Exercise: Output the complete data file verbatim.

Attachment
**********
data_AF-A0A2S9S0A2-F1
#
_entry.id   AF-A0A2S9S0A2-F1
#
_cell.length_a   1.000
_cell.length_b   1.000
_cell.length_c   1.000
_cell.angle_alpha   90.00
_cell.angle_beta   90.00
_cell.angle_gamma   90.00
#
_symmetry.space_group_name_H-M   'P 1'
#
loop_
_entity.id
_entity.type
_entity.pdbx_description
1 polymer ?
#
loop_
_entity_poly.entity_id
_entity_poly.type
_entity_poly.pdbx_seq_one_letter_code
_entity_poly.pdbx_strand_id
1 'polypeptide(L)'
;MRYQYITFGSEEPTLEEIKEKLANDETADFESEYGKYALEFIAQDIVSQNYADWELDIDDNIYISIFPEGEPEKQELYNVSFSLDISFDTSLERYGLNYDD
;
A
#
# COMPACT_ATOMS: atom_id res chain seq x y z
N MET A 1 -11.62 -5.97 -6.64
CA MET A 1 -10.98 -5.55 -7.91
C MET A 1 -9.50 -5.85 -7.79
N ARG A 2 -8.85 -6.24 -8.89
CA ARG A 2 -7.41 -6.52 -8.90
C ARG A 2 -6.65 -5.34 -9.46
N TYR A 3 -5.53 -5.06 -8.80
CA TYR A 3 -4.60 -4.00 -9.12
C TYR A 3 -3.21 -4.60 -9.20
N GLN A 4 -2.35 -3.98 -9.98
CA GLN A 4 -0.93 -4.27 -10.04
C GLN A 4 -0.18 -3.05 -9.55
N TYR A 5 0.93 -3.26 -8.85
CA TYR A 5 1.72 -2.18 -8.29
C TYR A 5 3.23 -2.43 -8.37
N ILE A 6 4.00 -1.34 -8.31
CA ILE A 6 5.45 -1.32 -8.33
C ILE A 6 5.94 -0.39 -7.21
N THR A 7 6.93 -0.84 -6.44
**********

data_AF-A0A2S9S0A2-F1
#
_entry.id   AF-A0A2S9S0A2-F1
#
_cell.length_a   1.000
_cell.length_b   1.000
_cell.length_c   1.000
_cell.angle_alpha   90.00
_cell.angle_beta   90.00
_cell.angle_gamma   90.00
#
_symmetry.space_group_name_H-M   'P 1'
#
loop_
_entity.id
_entity.type
_entity.pdbx_description
1 polymer ?
#
loop_
_entity_poly.entity_id
_entity_poly.type
_entity_poly.pdbx_seq_one_letter_code
_entity_poly.pdbx_strand_id
1 'polypeptide(L)'
;MRYQYITFGSEEPTLEEIKEKLANDETADFESEYGKYALEFIAQDIVSQNYADWELDIDDNIYISIFPEGEPEKQELYNVSFSLDISFDTSLERYGLNYDD
;
A
#
# COMPACT_ATOMS: atom_id res chain seq x y z
N MET A 1 -11.62 -5.97 -6.64
CA MET A 1 -10.98 -5.55 -7.91
C MET A 1 -9.50 -5.85 -7.79
N ARG A 2 -8.85 -6.24 -8.89
CA ARG A 2 -7.41 -6.52 -8.90
C ARG A 2 -6.65 -5.34 -9.46
N TYR A 3 -5.53 -5.06 -8.80
CA TYR A 3 -4.60 -4.00 -9.12
C TYR A 3 -3.21 -4.60 -9.20
N GLN A 4 -2.35 -3.98 -9.98
CA GLN A 4 -0.93 -4.27 -10.04
C GLN A 4 -0.18 -3.05 -9.55
N TYR A 5 0.93 -3.26 -8.85
CA TYR A 5 1.72 -2.18 -8.29
C TYR A 5 3.23 -2.43 -8.37
N ILE A 6 4.00 -1.34 -8.31
CA ILE A 6 5.45 -1.32 -8.33
C ILE A 6 5.94 -0.39 -7.21
N THR A 7 6.93 -0.84 -6.44